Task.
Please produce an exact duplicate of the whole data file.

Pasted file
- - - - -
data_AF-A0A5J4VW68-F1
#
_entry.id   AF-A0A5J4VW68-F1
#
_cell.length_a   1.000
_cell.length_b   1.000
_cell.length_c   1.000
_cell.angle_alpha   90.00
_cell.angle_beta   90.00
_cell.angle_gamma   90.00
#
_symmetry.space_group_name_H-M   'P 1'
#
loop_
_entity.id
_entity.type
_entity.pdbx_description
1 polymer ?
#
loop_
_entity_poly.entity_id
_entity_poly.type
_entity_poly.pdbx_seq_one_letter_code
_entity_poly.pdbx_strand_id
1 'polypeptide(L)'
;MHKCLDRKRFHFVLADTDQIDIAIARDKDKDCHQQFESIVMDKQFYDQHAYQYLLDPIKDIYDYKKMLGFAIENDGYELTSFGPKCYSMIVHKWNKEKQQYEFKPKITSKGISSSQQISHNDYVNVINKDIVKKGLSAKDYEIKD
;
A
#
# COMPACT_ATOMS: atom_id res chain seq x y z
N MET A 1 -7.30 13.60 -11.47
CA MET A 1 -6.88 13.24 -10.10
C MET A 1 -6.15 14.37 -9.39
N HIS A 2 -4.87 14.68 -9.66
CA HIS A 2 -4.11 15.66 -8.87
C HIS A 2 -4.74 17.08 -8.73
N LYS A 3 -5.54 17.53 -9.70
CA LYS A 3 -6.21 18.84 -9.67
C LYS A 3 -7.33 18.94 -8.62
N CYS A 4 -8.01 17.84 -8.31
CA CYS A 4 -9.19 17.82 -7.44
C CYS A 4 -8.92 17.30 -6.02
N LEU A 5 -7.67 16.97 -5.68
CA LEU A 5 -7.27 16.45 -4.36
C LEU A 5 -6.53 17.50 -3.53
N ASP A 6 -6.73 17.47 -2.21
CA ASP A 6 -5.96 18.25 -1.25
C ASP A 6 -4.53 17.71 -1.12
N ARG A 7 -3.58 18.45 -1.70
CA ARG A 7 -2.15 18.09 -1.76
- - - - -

data_AF-A0A5J4VW68-F1
#
_entry.id   AF-A0A5J4VW68-F1
#
_cell.length_a   1.000
_cell.length_b   1.000
_cell.length_c   1.000
_cell.angle_alpha   90.00
_cell.angle_beta   90.00
_cell.angle_gamma   90.00
#
_symmetry.space_group_name_H-M   'P 1'
#
loop_
_entity.id
_entity.type
_entity.pdbx_description
1 polymer ?
#
loop_
_entity_poly.entity_id
_entity_poly.type
_entity_poly.pdbx_seq_one_letter_code
_entity_poly.pdbx_strand_id
1 'polypeptide(L)'
;MHKCLDRKRFHFVLADTDQIDIAIARDKDKDCHQQFESIVMDKQFYDQHAYQYLLDPIKDIYDYKKMLGFAIENDGYELTSFGPKCYSMIVHKWNKEKQQYEFKPKITSKGISSSQQISHNDYVNVINKDIVKKGLSAKDYEIKD
;
A
#
# COMPACT_ATOMS: atom_id res chain seq x y z
N MET A 1 -7.30 13.60 -11.47
CA MET A 1 -6.88 13.24 -10.10
C MET A 1 -6.15 14.37 -9.39
N HIS A 2 -4.87 14.68 -9.66
CA HIS A 2 -4.11 15.66 -8.87
C HIS A 2 -4.74 17.08 -8.73
N LYS A 3 -5.54 17.53 -9.70
CA LYS A 3 -6.21 18.84 -9.67
C LYS A 3 -7.33 18.94 -8.62
N CYS A 4 -8.01 17.84 -8.31
CA CYS A 4 -9.19 17.82 -7.44
C CYS A 4 -8.92 17.30 -6.02
N LEU A 5 -7.67 16.97 -5.68
CA LEU A 5 -7.27 16.45 -4.36
C LEU A 5 -6.53 17.50 -3.53
N ASP A 6 -6.73 17.47 -2.21
CA ASP A 6 -5.96 18.25 -1.25
C ASP A 6 -4.53 17.71 -1.12
N ARG A 7 -3.58 18.45 -1.70
CA ARG A 7 -2.15 18.09 -1.76